“Scott may have broken the law by deleting pleas for help from nursing home where 11 died” via Christal Hayes of Newsweek – Scott had given out his personal cellphone number to emergency responders and officials at the Hollywood Hills facility before the massive storm hit. In the midst of the crisis, officials left four voicemails on that phone—messages the Republican governor later deleted in possible violation of state “Sunshine Law.” “The whole point of our records laws is to allow us to oversee our governor and hold him accountable,” said Barbara Petersen, president of the First Amendment Foundation. “We don’t have this oversight and accountability because the records have been destroyed.” But critics said Scott should have followed the broader guideline that voice messages must be kept until “obsolete, superseded or administrative value is lost”—something that might not apply in this scenario, as a criminal investigation is still underway.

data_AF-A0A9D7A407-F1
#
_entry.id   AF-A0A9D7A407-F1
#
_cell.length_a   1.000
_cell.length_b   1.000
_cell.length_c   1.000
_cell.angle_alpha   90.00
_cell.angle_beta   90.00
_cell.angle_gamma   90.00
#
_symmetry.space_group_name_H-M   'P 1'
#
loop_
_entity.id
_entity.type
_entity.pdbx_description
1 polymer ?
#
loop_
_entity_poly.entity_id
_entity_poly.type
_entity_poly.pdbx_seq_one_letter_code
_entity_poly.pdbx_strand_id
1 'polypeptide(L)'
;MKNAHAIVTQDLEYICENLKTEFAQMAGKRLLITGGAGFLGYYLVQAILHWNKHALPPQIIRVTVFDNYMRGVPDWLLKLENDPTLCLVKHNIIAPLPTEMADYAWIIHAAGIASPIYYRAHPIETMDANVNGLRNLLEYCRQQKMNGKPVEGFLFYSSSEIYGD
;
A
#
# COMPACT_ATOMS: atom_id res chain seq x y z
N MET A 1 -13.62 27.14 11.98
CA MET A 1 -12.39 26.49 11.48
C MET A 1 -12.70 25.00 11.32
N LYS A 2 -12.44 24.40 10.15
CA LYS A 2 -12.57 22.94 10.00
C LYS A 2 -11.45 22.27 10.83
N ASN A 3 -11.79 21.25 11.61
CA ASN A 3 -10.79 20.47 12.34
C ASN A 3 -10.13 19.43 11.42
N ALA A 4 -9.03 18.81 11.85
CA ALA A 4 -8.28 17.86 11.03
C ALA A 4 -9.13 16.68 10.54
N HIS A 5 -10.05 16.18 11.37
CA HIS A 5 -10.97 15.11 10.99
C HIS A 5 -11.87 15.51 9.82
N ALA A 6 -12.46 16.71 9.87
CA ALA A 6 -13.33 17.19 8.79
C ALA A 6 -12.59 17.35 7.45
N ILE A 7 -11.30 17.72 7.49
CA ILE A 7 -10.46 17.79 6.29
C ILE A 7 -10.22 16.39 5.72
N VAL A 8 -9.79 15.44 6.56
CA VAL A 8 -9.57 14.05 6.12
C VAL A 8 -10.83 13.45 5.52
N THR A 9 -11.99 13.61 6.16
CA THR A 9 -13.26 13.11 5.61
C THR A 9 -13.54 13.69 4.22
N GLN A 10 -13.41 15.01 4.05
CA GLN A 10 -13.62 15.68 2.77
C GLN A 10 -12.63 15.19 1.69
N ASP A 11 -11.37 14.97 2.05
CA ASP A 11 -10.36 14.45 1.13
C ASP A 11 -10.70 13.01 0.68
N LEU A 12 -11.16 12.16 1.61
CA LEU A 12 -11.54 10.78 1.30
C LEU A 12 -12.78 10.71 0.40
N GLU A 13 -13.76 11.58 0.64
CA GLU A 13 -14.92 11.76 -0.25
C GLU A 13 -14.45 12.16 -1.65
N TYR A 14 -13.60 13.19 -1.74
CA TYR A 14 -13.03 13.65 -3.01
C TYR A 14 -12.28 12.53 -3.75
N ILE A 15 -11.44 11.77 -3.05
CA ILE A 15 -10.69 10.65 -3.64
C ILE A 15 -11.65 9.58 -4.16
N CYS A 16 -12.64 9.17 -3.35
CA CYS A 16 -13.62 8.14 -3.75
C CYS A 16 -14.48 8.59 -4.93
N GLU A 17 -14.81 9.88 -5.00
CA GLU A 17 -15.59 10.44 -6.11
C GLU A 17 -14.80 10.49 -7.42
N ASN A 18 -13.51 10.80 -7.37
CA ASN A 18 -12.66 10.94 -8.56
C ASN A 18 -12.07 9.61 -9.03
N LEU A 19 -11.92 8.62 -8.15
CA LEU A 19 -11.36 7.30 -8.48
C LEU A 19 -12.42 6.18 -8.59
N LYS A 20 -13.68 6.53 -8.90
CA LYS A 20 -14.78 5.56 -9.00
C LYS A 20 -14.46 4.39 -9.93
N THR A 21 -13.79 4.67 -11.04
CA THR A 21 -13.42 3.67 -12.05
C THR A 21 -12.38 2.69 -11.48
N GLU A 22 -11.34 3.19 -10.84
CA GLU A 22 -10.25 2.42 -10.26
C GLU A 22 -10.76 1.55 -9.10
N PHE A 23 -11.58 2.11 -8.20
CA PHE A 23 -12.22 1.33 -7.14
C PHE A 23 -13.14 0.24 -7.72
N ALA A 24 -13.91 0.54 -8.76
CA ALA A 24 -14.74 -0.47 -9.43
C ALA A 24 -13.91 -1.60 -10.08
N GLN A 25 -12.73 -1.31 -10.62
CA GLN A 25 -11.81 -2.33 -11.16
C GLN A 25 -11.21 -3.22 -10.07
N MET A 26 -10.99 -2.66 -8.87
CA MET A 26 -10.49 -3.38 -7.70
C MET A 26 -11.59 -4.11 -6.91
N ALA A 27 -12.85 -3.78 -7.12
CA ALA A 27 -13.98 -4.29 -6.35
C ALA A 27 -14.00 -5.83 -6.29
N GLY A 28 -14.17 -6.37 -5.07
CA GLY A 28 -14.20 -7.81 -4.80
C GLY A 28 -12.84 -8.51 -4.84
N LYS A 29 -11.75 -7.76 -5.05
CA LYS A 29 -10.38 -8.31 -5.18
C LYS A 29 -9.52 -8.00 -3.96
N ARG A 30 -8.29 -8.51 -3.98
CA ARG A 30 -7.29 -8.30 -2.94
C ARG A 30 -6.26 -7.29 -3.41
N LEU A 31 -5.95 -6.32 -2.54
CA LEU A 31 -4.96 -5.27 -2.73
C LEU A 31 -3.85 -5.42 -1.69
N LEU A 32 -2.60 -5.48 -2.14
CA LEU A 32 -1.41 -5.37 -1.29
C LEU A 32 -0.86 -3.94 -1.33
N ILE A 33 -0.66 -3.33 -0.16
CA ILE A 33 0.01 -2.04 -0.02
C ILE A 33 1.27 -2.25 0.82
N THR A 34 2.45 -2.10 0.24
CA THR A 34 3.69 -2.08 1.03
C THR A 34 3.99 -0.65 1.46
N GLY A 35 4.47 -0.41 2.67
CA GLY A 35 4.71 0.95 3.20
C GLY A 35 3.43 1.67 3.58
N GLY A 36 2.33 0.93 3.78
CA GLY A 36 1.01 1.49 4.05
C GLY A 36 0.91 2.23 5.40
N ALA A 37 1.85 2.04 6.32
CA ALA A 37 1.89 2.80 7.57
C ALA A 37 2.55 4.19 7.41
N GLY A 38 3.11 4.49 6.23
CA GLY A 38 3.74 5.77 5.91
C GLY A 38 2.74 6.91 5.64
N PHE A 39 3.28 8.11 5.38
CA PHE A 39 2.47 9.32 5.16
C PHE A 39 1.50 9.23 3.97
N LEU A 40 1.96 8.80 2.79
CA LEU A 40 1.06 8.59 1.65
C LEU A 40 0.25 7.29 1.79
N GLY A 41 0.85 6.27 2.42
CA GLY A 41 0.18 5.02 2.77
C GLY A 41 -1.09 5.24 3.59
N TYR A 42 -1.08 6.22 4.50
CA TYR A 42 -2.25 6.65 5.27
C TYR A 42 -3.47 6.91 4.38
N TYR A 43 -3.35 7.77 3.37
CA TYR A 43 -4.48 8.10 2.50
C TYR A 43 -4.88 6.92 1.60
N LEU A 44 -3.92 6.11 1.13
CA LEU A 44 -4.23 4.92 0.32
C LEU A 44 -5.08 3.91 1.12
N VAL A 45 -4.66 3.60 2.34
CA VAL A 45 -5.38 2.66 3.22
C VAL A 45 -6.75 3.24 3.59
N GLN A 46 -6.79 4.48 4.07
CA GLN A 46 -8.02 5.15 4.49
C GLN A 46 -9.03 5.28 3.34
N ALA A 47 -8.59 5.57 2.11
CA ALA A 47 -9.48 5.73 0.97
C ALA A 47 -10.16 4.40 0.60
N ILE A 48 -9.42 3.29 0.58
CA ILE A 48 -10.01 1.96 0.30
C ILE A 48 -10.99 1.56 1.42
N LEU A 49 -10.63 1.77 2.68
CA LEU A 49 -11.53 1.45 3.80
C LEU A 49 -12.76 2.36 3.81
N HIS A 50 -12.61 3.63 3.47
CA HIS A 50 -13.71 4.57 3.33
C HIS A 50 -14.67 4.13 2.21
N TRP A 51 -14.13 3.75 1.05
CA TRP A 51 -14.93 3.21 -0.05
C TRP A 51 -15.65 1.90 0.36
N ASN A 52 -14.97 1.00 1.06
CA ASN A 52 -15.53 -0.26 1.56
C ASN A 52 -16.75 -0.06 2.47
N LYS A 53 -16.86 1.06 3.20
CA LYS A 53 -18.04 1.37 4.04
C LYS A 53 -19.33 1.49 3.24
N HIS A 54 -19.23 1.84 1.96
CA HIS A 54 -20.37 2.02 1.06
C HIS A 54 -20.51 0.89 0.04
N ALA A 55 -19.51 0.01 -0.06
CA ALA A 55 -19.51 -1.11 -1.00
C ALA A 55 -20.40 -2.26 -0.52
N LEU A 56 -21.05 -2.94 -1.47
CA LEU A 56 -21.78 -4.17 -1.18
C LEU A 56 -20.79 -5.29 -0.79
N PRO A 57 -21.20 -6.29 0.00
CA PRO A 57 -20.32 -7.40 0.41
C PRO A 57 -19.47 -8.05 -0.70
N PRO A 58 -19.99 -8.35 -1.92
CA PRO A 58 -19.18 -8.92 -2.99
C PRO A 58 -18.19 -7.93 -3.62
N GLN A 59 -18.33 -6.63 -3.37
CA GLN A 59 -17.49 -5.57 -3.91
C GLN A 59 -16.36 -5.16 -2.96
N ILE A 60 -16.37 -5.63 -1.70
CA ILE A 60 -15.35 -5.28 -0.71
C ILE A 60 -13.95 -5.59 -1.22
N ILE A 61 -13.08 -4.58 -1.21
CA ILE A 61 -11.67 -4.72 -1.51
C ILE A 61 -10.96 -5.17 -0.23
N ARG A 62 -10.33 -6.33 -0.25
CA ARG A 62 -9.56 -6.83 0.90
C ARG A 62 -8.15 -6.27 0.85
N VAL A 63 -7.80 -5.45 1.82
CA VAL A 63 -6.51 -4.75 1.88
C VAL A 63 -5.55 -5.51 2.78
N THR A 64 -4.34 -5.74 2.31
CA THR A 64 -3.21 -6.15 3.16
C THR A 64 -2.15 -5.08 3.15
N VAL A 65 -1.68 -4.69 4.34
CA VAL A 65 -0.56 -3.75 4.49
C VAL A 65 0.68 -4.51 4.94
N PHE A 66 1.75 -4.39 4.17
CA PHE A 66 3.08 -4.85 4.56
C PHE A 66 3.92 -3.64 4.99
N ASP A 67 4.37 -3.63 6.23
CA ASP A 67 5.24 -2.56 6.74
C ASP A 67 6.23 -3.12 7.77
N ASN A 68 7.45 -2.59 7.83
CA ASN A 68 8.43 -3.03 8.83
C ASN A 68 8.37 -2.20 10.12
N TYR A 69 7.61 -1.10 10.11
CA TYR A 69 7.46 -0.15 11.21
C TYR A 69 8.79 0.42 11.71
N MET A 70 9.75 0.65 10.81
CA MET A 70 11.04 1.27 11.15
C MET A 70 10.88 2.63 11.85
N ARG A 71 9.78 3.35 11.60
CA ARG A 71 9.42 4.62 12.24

“Senator questions why Scott deleted nursing home voicemails” via Gray Rohrer of the Orlando Sentinel – Sen. Gary Farmer … who represents the district that includes the Rehabilitation Center at Hollywood Hills where the deaths occurred, says erasing the voicemails could be a violation of state public records laws. “Clearly, there is significant content and purpose behind those voicemails,” said Farmer, a trial attorney. “They go to a matter that is in controversy right now, which is who did what when and why with regard to the emergency situation at this nursing home.” Scott gave his personal cellphone number to nursing homes and assisted living facilities as Irma approached, but the four messages they left the governor weren’t kept. Scott spokeswoman Lauren Schenone pointed to state rules on handling of public records, which note that “transitory” information, such as scheduling for meetings and “most telephone messages,” can be deleted after their short-term value is lost. “The voicemails were not retained because the information from each voicemail was collected by the governor’s staff and given to the proper agency for handling. Every call was returned,” Schenone wrote in an email Monday. “The Governor receives hundreds of voicemails and once acted upon, they are deleted so the voicemail box does not become full, as is the standard practice with anyone operating a cellphone. This practice follows Florida law, and the state’s record retention policies.”